Godfrey Hounsfield invented the first CT scanner in 1972; it was intended for medical imaging and remained that way for years until CT scanning began to be used for industrial applications as well. Godfrey probably never imagined that happening but his wonderful invention did end up helping immensely outside of the medical profession. Industrial computed tomography (CT), also known to some as industrial CAT scanning, is a type of scanning that uses a tomographic process with the help of computers.
This is usually done by employing computed tomography with X-rays to achieve a three-dimensional representation of a scanned object in order to measure volumetric detail. Dimensional inspection labs, also called Dimensional Metrology, is a CT scanning process used across a number of industries that helps to ensure accuracy in product features by assessing the geometric qualities of machined parts and products in order to ensure uniformity.
Uses for Computed Tomography
When there is a need to evaluate, analyze or test either the internal or external features of a part of an entire object without causing any damage to it, computed tomography is chosen because the x-rays that are utilized can effectively achieve this in metallic objects, non-metallic objects, solid materials, fibrous materials, and other objects that happen to have an irregular surface. There are various phases of the manufacturing process where Industrial computed tomography (CT) can be employed. Industrial computed tomography (CT ) is used here precisely because it produces a nondestructive evaluation of the interior structures of the objects that are being tested. Here are some examples:
Industrial computed tomography (CT) can be useful before an object is produced because it helps the process of design with analyzing data.
During the production stage of manufacturing, evaluating the consistency of objects ensures that quality standards are being met.
Where reverse engineering is necessary, measurements of an entire object or just part of it are taken in order to make an exact CAD replica. This is a remarkably useful application when there exists a manufactured part or object, but none of the design data that was used to make it in the first place is available.
This application has to do with using 3D scanners to create the geometry of an object in order to analyze it for various purposes such as detecting flaws.
This technique captures single points that are relative to one another. This can be done in order to analyze localized or small volume information.
2D Images Versus3D Images
When x-ray scanning is utilized for any purpose at Dimensional inspection labs or anywhere else, whether that purpose is of a medical nature or an industrial nature, it produces 2D images. But that is not good enough for the industrial purposes in question. By using computed tomography, we can attain higher-quality digital images that show the internal structure of a part or object. We also get the added benefit of being able to completely manipulate the 3D images that are rendered by advanced CT scanners; this allows for an excellent way to perform a visual inspection from any angle that we chose and for whatever purpose that is required.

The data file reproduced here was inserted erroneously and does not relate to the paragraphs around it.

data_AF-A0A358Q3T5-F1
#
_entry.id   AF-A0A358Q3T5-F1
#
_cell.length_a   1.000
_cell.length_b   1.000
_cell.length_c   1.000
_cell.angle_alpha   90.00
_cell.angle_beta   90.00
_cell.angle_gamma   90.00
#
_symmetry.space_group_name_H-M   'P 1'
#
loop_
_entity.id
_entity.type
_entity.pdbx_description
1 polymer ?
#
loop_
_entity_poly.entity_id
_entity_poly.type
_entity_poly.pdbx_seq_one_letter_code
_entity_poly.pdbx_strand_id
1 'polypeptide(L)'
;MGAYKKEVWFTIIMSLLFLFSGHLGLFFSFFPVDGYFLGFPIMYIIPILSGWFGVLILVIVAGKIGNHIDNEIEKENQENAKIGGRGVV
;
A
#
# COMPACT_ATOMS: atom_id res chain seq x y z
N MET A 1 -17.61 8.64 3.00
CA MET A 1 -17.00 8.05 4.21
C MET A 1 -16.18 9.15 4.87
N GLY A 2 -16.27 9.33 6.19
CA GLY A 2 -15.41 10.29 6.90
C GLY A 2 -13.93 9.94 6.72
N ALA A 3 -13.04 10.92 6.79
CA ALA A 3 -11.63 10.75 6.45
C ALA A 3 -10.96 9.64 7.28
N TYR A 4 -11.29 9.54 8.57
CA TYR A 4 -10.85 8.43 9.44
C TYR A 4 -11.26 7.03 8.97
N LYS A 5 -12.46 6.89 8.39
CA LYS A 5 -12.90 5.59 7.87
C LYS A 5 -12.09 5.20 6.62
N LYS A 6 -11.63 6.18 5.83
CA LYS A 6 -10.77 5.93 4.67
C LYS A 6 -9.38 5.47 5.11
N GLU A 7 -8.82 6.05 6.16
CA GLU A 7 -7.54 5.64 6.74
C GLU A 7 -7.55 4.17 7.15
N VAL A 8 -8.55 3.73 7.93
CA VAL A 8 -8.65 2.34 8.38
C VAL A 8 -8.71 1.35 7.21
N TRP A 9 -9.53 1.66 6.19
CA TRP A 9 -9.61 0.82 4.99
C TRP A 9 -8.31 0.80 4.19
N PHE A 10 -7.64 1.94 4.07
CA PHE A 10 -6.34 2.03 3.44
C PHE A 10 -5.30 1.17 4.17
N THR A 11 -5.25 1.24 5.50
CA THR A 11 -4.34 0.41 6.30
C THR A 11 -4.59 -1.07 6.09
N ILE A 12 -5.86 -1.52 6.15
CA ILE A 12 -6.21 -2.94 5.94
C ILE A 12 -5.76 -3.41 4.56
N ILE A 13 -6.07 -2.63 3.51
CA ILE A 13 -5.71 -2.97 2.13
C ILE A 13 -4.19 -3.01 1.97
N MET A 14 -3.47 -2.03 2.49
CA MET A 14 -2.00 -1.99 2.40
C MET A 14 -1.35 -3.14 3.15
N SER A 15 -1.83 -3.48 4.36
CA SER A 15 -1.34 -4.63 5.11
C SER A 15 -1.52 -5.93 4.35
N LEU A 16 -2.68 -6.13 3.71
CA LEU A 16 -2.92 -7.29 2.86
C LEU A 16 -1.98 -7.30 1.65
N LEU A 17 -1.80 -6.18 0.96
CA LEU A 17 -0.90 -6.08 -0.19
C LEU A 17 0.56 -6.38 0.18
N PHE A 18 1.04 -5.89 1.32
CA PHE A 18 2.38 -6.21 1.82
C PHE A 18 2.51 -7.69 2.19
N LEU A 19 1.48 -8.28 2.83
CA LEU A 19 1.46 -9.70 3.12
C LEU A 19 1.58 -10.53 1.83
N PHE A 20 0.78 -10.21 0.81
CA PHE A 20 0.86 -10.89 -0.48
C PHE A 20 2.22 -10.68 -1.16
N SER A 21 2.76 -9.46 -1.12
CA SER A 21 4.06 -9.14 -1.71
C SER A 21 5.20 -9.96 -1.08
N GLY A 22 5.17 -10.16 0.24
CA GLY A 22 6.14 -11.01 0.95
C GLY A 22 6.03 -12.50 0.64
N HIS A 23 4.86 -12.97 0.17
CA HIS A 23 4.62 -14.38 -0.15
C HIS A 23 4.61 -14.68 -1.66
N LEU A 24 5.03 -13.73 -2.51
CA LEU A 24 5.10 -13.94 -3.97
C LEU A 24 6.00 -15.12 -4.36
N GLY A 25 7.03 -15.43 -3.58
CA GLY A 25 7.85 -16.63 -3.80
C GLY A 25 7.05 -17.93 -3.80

Types of Industrial CT Scanners
Line beam scanning is the normal process that is used in various industries when it comes to industrial CT scanning. The basic procedure uses X-rays with the beam being collimated in order to prevent it from spreading. At that point, the X-ray line beam is focused on the object in question in order to collect the necessary information. A detector picks up this data and a computer then produces a 3D image. Another type of CT scanner is a cone beam scanner. With this type of scanner, the part or object that is going to be scanned is put on a rotary table. As the table rotates, a cone of X-rays is utilized in order to produce 2D images which are then processed by a computer to make a 3D image. Cone beam scanning has the added benefit of being a faster way to produce the 3D image.
Industrial Computed Tomography (CT) Evolved From Medical CT Scanners
At Dimensional inspection labs, we know that CT scanning is not a new technology; radiologists have been using it for years to perform medical diagnostics on patients, since 172 in fact. Industrial computed tomography (CT) was further developed with the same goals of analyzing something internally, but here it is an object instead of a person. Engineers and others realized that X-rays have capabilities that could help them to produce cross-sectional images of an object so that it could be analyzed in great detail. CT scanners allow for volume-rendered through the act of processing cross-sectional images, and the 3D rendering that results from this process helps a specialist to detect defects such as cracks, and to perform other applications. Of course, a computer must work in tandem with the CT scanner in order for everything to be done properly.